Saturday, July 24, 2021
HomeInterviewsRobert Smail - Winning Belgian Kermises and Top Three in InterClubs

Robert Smail – Winning Belgian Kermises and Top Three in InterClubs

-

It was last Autumn when we last heard from Robert Smail, one of those ‘forgotten men’ out there jousting with the Eeckhouts, Willems, Smets and Caethovens of this world in the land of the frites, cross winds and kermises.

High time we had another word…

Robert Smail
Robert takes the win at the TMG Horizon Trophy. Last time he’d won a race he was so surprised he forgot to post it, so this time he made “a tentative attempt at a celebration”. Photo©supplied

Robert, 2014 when you look back – are you happy with it?

“Yes, by and large, I’d have to say I was pretty happy with how 2014 went.

“When I hopped on the bus in February I didn’t really know how I’d fare.

“It took a while to get used to the narrow roads, larger pelotons and aggressive style of racing, but these were all things that attracted me to Belgium in the first place so I relished the challenge!”

When we spoke to you late 2014 you were thinking about staying in Belgium over the winter?

“Yes indeed. I was having so much fun riding and racing that it seemed like a good idea at the time! Looking back, I’m glad I stayed.

“I was a little worried it might be a bit too quiet, but thankfully the family I stayed with were really friendly and that made all the difference.

“It was also interesting to see how the Belgians train over winter.

“Before January most seem to hardly ride a bike. Some do core work, but the majority do cross training such as running or in-line skating.

“I was amazed at the number of strange looks I got for wanting to ride my bike before Christmas!”

Robert Smail
Mario Willems leads the break at Assebroek Kermis, Robert tucked in. Photo©Katie Quartier

Are you with Team Tomacc for 2015 – tell us about it.

“Yep, still with Tomacc. Everyone on the team is really sound, and as pretty much everyone from the 2014 squad returned it was an easy decision to stay.

“Staying with Tomacc for a second year definitely helped my confidence also.

“In the UK, changing team isn’t really such a big deal. Obviously each team has it’s own idiosyncrasies, but you pretty much know what you’re getting. You know the calendar, the races, the rides etc. etc.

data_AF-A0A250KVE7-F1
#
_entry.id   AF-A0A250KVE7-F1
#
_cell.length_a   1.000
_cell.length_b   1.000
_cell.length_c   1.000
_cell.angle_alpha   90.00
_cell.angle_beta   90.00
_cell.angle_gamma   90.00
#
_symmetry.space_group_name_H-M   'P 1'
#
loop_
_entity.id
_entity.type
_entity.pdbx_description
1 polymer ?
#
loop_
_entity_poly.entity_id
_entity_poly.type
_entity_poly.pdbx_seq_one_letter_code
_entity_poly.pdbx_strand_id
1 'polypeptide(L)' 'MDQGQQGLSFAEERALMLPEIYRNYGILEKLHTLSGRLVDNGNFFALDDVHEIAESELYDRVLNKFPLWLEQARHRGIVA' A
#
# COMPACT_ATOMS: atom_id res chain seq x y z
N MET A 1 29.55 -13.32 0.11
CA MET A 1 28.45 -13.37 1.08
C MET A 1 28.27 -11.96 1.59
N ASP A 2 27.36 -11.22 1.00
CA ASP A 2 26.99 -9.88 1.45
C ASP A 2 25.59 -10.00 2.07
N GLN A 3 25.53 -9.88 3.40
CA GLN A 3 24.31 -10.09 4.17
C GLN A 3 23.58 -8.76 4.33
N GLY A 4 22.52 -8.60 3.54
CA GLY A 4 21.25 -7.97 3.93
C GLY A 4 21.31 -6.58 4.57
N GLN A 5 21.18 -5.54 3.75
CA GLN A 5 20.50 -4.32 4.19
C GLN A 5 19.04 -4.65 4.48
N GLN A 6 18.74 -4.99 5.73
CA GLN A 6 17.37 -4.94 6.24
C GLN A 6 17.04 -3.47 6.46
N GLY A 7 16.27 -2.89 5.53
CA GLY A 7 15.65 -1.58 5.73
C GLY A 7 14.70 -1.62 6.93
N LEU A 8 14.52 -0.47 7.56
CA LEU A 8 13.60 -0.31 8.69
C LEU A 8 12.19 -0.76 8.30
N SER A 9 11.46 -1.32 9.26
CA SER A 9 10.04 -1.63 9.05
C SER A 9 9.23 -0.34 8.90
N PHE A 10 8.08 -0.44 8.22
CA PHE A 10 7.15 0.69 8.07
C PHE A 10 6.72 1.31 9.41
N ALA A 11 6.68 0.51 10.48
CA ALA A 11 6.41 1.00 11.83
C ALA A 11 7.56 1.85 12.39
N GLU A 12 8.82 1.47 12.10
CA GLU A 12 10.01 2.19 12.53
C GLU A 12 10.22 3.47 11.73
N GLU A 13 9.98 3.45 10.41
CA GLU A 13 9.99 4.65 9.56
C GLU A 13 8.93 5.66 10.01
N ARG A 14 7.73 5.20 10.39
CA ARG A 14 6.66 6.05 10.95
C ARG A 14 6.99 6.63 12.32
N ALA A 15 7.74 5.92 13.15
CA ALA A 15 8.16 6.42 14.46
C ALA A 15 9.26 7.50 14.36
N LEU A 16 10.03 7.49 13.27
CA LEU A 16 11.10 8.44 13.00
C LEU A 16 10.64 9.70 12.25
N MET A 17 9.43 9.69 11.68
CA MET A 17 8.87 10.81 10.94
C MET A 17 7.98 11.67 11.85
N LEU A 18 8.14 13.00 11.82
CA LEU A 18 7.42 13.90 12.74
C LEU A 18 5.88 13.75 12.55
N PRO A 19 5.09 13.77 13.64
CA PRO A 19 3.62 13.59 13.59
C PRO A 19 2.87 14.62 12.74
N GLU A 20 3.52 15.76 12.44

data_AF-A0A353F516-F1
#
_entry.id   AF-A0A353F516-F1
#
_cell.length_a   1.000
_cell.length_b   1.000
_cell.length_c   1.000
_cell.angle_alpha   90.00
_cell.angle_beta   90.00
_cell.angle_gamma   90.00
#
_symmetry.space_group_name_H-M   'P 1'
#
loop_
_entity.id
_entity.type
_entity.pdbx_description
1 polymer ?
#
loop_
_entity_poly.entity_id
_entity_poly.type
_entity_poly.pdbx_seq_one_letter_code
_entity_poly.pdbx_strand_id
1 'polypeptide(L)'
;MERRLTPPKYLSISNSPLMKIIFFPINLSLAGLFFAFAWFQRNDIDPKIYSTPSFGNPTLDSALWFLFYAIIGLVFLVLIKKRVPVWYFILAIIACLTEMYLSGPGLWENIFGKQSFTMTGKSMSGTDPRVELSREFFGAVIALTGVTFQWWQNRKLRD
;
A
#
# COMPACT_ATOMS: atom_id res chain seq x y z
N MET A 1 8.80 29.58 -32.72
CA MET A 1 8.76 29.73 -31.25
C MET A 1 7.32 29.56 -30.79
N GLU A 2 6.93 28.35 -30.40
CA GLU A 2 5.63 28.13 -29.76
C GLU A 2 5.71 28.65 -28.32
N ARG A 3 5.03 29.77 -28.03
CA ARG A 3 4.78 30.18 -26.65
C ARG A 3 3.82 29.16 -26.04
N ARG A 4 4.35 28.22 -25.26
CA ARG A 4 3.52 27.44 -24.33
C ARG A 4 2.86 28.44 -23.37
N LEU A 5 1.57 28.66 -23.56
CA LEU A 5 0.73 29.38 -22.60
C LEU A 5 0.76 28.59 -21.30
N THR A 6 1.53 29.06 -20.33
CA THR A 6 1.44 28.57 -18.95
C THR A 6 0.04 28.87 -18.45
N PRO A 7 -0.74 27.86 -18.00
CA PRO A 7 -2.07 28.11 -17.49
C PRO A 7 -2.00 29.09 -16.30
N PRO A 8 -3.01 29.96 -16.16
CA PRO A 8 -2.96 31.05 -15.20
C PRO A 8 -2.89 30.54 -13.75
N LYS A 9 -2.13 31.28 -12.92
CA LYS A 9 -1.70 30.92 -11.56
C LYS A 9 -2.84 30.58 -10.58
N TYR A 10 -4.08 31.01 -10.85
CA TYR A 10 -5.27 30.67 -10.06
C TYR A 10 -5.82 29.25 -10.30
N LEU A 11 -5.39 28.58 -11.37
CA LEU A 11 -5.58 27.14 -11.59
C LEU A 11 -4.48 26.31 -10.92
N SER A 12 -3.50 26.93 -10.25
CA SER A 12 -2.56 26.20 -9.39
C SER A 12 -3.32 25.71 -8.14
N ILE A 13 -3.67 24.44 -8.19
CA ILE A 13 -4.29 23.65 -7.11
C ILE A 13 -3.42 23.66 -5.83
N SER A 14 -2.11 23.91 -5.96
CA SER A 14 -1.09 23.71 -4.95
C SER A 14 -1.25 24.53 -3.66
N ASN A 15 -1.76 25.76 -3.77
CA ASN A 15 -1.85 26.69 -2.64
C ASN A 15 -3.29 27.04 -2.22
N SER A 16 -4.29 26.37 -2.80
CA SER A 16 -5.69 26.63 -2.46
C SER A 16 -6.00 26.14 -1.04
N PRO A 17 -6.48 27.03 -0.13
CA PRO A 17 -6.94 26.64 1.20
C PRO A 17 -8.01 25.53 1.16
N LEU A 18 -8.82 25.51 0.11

“There are a million little things which you’ve done so often they’ve become second nature.

“In Belgium everything is an unknown making it easy to feel totally lost. Even signing-on can be hard if you don’t speak the language very well.

“In such instances it’s easy to lose focus on the actual race as you end up worrying about other details.

“Staying with Tomacc, with the same calendar, riders and support staff was a big help as it made everything a little more relaxed, which meant I could focus more on racing.”

Where’s home for 2015 – still in Poperinge?

“Yes, I’m still living in Poperinge.

“The town itself is very pleasant and the roads are great for training so I couldn’t ask for much more.

“This year I’ve also spent a bit more time exploring the roads of Northern France and venturing into the Parc Naturel Régional des Caps et Marais d’Opale which has helped to keep training interesting.”

Robert Smail
Robert’s expression says it all, ‘What! You mean I get a bike AND a free T-shirt’? Photo©supplied

What’s the bike for 2015 – how’s it handling the cobbles?

“Bit of a change this year on the bike front.

“Late in 2014 the guys at KTM Bikes UK got in touch and asked if I’d be interested in riding one of their KTM Revelators.

“I’ve been genuinely blown away with their help and support over the season. Even when I was side-lined through injury they were always super supportive and never put any pressure on me to rush my recovery.

“The bike itself is ace.

“We’ve been lucky enough to do a fair few cobbled races this year, not just in Belgium, but in Northern France also, and it takes everything in its stride.

“I couldn’t ask for much more.”

What have been your best rides of the season thus far?

“A couple spring to mind. I was stoked to take the win at Gullegem Kermis.

“I was also chuffed with fifth at the Grand Prix d’Escaudoeuvres because I felt I rode well and because it was my first top five in a French Elite National. The lap took in a two kilometre section of cobbles each lap and I just loved it.

“The race that really stands out for me though is Zillebeke InterClub.

“I’d felt strong in the days leading up to the race, but I was still pretty nervous as I’d had a terrible day when I raced it back in 2014.

“As it turned out I needn’t have worried.

“It was just one of those very rare days when you feel strong from beginning to end. It felt like I cruised into the front group, which doesn’t happen very often. Even when the big names began to apply the pressure, splitting the break to pieces, I felt good and had plenty in the legs to make the final section of seven guys.

“Coming into the finish, I attacked going into the final corner and was only just overhauled in the final twenty meters. In the end I came third.